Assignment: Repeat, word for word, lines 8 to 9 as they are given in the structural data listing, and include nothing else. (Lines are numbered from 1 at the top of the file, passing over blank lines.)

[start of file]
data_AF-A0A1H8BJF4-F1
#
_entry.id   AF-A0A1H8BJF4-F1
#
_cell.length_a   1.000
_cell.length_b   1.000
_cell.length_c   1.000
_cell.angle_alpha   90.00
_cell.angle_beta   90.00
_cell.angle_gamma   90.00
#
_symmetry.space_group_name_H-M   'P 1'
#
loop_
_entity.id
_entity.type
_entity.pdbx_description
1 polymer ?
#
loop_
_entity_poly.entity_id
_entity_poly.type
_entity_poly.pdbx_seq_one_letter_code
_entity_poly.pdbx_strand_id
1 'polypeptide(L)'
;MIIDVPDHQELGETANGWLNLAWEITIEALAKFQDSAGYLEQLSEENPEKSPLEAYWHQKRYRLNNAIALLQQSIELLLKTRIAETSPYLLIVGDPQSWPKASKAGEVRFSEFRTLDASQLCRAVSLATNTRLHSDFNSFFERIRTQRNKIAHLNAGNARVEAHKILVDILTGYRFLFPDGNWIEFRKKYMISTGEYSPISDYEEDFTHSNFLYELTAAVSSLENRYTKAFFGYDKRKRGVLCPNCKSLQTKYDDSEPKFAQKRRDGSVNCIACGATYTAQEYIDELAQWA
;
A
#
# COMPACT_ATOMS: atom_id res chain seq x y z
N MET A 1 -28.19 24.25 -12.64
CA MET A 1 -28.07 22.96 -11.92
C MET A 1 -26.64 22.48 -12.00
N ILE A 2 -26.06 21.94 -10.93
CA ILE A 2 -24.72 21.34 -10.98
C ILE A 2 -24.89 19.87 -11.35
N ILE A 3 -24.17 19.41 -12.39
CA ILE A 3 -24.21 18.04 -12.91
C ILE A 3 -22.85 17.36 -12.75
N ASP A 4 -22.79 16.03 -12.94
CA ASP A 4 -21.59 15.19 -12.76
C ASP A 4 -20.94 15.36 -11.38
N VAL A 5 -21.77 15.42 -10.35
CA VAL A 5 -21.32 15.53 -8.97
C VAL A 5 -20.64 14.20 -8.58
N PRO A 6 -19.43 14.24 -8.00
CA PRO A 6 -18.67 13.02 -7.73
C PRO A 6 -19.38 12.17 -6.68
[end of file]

_cell.angle_alpha   90.00
_cell.angle_beta   90.00